2006 Charles M. Vest "For his visionary leadership in advancing America's technological workforce and capacity for innovation through revitalizing the national partnership among academia, government, and industry."
2006 James West "For co-inventing the electret microphone in 1962. Ninety percent of the two billion microphones produced annually and used in everyday items such as telephones, hearing aids, camcorders, and multimedia computers employ electret technology."
2007 Paul Baran "For the invention and development of the fundamental architecture for packet switched communication networks which provided a paradigm shift from the circuit switched communication networks of the past and later was used to build the ARPANET and the Internet."
2007 Roscoe O. Brady "For the discovery of the enzymatic defects in hereditary metabolic disorders such as Gaucher disease, Niemann–Pick disease, Fabry disease and Tay–Sachs disease, devising widely used genetic counseling procedures and development of highly effective enzyme replacement therapy that provided the foundation for patient treatment; and for stimulating the creation of and fostering the success of many biotechnology companies that now produce the therapeutics for the treatment of these diseases."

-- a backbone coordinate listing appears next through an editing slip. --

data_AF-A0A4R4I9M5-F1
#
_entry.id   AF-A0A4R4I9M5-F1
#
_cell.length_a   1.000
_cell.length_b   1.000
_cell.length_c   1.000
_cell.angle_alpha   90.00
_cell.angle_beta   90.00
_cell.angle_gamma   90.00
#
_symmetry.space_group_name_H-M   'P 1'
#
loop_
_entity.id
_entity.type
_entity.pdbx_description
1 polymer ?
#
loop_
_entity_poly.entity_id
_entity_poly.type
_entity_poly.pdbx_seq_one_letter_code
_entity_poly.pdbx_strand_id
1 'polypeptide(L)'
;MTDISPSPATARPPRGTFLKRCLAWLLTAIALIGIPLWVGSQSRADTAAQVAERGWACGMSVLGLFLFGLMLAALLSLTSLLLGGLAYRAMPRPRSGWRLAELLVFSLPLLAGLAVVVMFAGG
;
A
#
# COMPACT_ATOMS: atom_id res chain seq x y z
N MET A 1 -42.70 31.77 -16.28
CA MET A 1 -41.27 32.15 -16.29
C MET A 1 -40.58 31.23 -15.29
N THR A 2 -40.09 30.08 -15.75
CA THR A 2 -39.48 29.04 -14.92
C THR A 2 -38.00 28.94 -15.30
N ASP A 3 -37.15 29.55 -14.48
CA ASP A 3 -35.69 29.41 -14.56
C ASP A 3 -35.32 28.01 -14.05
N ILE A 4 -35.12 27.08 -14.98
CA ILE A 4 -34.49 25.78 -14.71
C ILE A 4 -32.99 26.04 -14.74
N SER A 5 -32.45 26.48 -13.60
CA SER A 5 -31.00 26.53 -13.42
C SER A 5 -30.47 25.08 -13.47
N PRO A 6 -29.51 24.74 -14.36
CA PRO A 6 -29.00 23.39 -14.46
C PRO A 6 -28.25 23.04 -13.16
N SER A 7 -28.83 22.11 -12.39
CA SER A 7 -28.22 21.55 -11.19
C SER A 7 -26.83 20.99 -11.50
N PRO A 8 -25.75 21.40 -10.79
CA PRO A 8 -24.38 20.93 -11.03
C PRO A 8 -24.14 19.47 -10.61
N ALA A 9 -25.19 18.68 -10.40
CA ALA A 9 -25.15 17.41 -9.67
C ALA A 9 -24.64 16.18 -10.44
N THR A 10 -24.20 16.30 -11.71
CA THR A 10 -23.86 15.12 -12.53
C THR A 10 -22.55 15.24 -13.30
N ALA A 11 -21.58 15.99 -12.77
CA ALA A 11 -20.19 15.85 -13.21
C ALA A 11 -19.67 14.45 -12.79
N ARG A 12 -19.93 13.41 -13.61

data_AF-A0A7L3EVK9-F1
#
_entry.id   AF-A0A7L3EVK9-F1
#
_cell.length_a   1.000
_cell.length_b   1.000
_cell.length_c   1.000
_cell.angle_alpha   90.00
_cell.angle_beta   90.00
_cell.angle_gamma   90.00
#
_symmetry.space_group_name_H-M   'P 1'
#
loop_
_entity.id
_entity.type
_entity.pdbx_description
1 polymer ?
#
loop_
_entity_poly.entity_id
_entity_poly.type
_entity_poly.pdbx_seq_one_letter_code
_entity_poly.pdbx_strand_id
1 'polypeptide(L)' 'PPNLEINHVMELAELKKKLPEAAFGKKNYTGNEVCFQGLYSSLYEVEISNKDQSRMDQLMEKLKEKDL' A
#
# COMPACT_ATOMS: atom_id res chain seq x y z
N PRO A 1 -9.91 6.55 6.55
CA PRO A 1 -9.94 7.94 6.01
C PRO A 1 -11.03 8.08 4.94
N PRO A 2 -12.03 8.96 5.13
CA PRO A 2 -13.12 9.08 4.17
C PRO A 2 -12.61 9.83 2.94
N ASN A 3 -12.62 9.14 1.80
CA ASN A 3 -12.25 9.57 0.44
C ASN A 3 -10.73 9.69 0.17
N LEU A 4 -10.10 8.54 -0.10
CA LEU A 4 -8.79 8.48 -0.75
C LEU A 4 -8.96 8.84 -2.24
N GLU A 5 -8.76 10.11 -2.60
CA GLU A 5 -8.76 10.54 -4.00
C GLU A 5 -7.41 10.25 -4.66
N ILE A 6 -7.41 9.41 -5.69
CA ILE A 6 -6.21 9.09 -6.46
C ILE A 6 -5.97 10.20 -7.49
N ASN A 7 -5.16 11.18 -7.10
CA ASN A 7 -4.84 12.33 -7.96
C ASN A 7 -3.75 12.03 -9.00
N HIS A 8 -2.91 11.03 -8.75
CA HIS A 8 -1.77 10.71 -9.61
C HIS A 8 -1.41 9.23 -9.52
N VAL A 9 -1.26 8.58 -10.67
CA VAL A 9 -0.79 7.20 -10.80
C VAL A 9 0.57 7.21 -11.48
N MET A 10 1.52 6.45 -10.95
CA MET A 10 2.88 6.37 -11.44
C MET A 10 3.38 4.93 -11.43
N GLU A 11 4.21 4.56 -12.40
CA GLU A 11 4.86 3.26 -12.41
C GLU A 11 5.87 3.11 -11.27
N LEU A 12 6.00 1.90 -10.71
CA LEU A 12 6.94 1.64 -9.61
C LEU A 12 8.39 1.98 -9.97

2007 David N. Cutler "For having envisioned, designed and implemented world standards for real-time, personal and server-based operating systems for over 30 years, carrying these projects from conception through design, engineering and production for Digital Equipment Corporation’s RSX-11 and VAX/VMS and for Microsoft's Windows NT-based computer operating systems, and for his fundamental contributions to computer architecture, compilers, operating systems and software engineering."
2007 Armand V. Feigenbaum "For leadership in the development of the economic relationship of quality costs, productivity improvement, and profitability and for his pioneering application of economics, general systems theory and technology, statistical methods and management principles that define the Total Quality Management approach for achieving performance excellence and global competitiveness. "